Curt Wilhelm (@mtbcoach_co) is a USAC Level 2 Coach and the founder of MTBCoach, where he specializes in designing effective training plans for everyday athletes. Curt got 2nd place in the Men’s Solo Category at 24 Hours of Old Pueblo.



Train and race with a power meter.

It was a significant advantage having a power meter for a huge race like this. I used an SRM 2x10 power meter to help me pace. I found from previous 24-hour solos that I can sustain a level 2 power literally all day long. The first part of Old Pueblo I was quite a bit higher, so I slowly lowered my pace to stay right at my lower level 3 and upper level 2 zones. This worked well for me - the last few laps my power was still at level 2, but my heart rate was in active recovery (zone 1).

Besides pacing, the power meter helps with fueling correctly. My power meter told me I was using 800-900 kJ each hour, which requires a lot of fuel. I used Infinit Nutrition Go Far and Custom Blends, along with some solid foods like Honey Stinger Bars, and 1/4-1/2 bagel with almond butter and jelly. I've also had a fuel test from the Boulder Center of Sports Medicine and learned I'm a carb burner, so I used a 70-oz CamelBak that contained 6 scoops of Infinit and enough water for two laps. I used two packs and would alternate each lap. My teammate Alan would have the fresh pack ready for me every other lap. Each pack consisted of about 900 calories of fuel which lasted between 2.5 and 3 hours. So I was consuming 300 calories an hour, plus what I ate during pits. I ate about 800 cal per lap.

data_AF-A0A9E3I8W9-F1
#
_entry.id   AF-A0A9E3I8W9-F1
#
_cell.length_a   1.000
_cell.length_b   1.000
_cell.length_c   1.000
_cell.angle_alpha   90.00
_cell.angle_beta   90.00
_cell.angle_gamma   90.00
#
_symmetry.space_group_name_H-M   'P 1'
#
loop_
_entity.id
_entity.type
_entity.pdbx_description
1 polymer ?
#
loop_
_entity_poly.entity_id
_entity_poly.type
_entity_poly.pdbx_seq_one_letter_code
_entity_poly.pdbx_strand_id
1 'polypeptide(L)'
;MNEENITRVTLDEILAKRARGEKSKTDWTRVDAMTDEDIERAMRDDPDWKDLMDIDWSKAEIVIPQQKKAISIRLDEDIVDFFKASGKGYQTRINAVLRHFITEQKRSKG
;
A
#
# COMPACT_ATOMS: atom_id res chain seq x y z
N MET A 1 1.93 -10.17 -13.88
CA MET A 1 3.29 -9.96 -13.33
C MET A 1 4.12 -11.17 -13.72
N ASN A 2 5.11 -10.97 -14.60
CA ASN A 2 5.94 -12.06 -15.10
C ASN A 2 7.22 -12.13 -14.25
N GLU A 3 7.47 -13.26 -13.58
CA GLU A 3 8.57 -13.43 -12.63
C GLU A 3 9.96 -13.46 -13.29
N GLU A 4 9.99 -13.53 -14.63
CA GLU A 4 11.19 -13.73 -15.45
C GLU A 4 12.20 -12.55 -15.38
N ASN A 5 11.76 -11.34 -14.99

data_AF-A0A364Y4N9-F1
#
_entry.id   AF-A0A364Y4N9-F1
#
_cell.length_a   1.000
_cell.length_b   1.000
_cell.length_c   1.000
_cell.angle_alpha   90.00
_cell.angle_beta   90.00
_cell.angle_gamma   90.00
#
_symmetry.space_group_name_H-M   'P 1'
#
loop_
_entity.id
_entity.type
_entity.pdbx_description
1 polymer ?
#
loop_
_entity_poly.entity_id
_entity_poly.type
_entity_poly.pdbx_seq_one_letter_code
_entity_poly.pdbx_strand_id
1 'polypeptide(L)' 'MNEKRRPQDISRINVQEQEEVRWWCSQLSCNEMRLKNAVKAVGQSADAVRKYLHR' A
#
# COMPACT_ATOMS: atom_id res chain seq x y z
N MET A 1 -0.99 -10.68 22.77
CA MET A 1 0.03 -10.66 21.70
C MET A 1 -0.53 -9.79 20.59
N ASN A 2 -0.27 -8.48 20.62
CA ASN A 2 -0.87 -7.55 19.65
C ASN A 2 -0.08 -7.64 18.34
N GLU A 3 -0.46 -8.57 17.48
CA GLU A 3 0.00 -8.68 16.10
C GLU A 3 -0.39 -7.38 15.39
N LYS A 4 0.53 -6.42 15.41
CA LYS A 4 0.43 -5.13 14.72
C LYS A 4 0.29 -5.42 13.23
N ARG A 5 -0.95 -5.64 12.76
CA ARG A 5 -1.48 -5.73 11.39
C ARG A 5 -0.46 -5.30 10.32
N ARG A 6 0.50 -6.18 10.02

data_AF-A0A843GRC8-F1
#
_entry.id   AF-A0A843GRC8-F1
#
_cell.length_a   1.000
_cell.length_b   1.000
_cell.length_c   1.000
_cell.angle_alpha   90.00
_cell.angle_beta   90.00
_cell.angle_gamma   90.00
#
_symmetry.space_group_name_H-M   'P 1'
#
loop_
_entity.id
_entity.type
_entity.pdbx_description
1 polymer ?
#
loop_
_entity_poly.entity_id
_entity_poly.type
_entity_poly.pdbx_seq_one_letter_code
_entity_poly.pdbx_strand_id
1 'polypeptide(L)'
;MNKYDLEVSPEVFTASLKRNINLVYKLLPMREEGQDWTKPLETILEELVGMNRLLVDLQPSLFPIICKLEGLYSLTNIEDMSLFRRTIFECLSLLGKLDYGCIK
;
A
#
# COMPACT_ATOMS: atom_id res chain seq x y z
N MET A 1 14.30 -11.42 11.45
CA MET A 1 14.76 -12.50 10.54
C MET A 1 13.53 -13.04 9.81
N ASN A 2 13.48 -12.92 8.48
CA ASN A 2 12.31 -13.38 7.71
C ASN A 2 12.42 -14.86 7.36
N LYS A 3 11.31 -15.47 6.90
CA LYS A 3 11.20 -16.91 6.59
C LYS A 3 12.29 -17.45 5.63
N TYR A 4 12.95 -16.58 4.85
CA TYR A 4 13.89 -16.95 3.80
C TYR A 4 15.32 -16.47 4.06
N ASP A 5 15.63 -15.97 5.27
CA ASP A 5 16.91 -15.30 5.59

You may never get a fuel test like I did, but the just knowing how much energy you are expending is huge. Training and racing with a power meter will tell you what you need in a race this long.

Set goals and create a plan.

Whether your goal is to only ride during daylight hours, or do the whole race without sleep, set a goal. In addition, set lap time goals, and set the number of laps you want to complete. When setting goals, put a plan in place on how to accomplish the goals. The plan should include expected lap time, food/fuel you may want and how much, bike changes, clothes changes, adding and removing clothes as the weather changes, adding and removing lights, everything you can think of. By setting goals and creating a plan you are likely to have a great race - whatever your goal is.